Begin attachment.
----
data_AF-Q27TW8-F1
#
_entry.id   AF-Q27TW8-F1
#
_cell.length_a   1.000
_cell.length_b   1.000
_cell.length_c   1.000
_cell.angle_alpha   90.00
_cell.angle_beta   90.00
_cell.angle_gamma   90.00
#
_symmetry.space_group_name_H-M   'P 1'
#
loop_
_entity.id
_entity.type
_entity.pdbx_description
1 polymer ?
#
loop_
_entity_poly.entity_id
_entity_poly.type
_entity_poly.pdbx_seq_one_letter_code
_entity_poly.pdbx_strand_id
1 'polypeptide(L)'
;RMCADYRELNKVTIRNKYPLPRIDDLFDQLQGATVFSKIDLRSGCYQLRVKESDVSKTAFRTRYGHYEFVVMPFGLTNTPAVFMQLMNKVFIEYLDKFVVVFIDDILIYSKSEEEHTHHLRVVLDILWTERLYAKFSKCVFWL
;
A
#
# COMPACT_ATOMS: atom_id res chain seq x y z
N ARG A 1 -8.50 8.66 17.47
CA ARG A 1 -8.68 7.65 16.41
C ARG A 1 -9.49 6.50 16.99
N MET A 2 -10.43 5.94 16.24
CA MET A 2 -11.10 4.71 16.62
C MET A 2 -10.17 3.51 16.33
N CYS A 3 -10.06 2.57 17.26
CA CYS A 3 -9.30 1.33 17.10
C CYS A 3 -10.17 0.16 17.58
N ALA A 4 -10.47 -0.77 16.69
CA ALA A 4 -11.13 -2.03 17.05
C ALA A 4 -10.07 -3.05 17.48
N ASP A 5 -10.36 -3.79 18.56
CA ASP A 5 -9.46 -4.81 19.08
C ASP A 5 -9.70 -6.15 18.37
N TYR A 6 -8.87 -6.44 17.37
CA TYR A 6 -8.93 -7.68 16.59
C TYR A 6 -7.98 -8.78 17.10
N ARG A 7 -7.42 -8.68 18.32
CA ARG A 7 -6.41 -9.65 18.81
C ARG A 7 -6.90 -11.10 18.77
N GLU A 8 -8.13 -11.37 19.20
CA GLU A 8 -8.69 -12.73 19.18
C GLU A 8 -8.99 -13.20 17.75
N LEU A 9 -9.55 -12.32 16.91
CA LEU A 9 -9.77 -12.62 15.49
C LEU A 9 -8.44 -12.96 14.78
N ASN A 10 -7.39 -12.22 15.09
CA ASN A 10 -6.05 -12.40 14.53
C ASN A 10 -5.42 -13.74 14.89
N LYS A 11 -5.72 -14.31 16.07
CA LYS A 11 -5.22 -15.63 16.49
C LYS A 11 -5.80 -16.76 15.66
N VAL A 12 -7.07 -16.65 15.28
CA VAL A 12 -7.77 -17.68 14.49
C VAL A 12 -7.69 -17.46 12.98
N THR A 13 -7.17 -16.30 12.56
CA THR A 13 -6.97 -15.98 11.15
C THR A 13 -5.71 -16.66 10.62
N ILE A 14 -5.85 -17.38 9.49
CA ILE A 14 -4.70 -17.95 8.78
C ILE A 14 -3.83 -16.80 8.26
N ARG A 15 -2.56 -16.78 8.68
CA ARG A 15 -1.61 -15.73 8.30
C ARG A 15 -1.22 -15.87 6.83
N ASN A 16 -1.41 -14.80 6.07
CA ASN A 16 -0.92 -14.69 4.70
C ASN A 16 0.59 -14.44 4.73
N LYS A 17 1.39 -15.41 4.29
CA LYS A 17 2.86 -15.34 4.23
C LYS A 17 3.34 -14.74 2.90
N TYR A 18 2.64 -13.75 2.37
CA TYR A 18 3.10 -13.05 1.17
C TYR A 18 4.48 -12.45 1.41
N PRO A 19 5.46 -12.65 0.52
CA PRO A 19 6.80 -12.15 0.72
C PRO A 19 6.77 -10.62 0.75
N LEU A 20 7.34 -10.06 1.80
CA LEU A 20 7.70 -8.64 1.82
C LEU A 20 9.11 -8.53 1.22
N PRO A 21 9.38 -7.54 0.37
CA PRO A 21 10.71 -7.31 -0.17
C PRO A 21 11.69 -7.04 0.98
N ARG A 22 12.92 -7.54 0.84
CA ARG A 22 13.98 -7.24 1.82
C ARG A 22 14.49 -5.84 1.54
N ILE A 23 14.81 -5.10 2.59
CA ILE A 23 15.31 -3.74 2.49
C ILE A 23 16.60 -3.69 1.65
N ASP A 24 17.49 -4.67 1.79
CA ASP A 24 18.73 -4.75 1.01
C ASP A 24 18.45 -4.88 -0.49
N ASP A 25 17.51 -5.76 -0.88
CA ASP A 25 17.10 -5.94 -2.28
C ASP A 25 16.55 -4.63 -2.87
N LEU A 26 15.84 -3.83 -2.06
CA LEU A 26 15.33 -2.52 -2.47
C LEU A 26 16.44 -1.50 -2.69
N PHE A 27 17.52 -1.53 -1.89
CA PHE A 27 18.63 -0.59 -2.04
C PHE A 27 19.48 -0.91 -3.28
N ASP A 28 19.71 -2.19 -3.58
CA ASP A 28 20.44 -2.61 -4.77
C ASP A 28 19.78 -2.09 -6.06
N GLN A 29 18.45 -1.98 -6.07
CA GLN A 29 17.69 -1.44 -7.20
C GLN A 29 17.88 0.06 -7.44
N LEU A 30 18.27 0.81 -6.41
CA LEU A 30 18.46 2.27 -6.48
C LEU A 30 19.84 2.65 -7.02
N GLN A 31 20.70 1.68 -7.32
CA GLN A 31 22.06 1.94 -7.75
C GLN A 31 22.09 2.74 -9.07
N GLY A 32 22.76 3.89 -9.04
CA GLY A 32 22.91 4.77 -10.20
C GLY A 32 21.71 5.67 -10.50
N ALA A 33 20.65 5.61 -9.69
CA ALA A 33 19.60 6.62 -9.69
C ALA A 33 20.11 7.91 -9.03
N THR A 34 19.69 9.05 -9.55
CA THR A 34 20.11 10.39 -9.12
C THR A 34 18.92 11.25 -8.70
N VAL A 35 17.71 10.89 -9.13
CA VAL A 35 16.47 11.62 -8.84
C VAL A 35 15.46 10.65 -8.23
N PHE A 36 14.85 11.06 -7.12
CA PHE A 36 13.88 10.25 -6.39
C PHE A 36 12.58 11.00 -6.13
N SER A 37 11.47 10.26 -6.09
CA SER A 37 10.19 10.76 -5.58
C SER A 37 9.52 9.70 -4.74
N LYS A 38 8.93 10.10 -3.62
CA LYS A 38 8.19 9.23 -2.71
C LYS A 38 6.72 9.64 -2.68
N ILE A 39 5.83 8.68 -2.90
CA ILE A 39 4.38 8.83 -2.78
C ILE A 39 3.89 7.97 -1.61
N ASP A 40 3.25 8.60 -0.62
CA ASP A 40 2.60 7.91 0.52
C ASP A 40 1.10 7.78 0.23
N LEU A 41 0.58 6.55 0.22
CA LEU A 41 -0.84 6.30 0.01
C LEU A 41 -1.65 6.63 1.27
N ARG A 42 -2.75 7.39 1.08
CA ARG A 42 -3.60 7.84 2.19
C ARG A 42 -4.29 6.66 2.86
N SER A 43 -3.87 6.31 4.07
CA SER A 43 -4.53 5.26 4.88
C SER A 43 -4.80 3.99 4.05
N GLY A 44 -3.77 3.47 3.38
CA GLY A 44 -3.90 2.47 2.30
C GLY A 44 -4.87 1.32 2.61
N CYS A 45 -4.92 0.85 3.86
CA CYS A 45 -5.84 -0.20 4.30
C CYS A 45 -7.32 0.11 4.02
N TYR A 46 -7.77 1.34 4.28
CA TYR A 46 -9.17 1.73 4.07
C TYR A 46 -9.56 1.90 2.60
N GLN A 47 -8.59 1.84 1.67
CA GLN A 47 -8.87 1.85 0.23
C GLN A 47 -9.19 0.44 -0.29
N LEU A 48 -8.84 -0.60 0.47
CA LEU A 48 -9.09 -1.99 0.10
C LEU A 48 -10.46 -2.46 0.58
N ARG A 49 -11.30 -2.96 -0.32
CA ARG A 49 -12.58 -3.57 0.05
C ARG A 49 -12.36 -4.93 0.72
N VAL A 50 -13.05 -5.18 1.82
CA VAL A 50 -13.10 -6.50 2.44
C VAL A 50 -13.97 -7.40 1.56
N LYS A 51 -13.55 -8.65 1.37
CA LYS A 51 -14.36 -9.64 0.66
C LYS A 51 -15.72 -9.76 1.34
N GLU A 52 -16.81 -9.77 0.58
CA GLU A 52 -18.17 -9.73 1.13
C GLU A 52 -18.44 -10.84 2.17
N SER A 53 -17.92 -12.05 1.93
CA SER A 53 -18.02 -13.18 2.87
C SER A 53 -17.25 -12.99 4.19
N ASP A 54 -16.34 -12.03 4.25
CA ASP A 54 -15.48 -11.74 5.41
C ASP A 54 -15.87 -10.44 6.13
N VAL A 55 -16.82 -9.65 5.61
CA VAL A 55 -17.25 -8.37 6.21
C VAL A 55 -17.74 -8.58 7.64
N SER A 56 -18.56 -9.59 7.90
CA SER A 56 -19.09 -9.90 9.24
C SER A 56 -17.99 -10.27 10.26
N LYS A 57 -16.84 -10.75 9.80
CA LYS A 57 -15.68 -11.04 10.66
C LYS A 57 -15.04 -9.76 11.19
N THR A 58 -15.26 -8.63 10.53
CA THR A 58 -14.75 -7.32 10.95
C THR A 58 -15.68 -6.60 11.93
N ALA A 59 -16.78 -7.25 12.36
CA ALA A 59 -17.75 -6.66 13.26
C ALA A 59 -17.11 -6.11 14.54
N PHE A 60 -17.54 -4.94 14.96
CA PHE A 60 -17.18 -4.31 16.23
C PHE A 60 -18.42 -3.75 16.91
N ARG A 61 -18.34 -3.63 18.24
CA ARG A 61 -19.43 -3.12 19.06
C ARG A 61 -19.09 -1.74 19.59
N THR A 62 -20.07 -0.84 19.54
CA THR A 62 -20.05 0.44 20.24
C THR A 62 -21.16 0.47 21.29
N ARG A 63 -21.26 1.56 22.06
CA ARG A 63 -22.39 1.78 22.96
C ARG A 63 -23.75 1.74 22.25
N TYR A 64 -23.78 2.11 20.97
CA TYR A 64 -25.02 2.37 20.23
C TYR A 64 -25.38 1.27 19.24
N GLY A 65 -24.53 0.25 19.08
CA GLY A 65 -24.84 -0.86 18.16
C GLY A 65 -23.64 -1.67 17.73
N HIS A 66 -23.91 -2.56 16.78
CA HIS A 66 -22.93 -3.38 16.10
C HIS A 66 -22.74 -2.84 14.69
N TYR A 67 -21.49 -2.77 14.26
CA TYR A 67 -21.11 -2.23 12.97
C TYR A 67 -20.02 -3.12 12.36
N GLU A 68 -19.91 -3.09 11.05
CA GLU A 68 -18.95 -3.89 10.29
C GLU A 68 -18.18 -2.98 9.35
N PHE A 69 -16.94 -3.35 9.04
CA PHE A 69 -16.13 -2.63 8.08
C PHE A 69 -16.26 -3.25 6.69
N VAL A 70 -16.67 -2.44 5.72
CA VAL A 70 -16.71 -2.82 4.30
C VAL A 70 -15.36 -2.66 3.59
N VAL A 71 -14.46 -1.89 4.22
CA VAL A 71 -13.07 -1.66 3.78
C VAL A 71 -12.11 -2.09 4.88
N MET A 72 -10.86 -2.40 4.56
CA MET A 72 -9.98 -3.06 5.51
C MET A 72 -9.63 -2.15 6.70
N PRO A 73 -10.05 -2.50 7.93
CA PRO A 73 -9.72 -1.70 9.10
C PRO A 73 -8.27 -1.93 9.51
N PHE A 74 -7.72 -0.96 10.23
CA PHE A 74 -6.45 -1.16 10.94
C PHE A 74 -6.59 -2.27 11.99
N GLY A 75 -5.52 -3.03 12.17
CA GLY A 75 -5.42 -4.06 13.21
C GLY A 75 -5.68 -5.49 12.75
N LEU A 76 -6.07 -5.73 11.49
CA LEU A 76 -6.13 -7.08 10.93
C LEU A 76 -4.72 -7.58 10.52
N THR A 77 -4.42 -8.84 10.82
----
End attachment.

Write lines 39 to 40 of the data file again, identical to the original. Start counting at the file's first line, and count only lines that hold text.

C CYS A 3 -10.17 0.16 17.58
N ALA A 4 -10.47 -0.77 16.69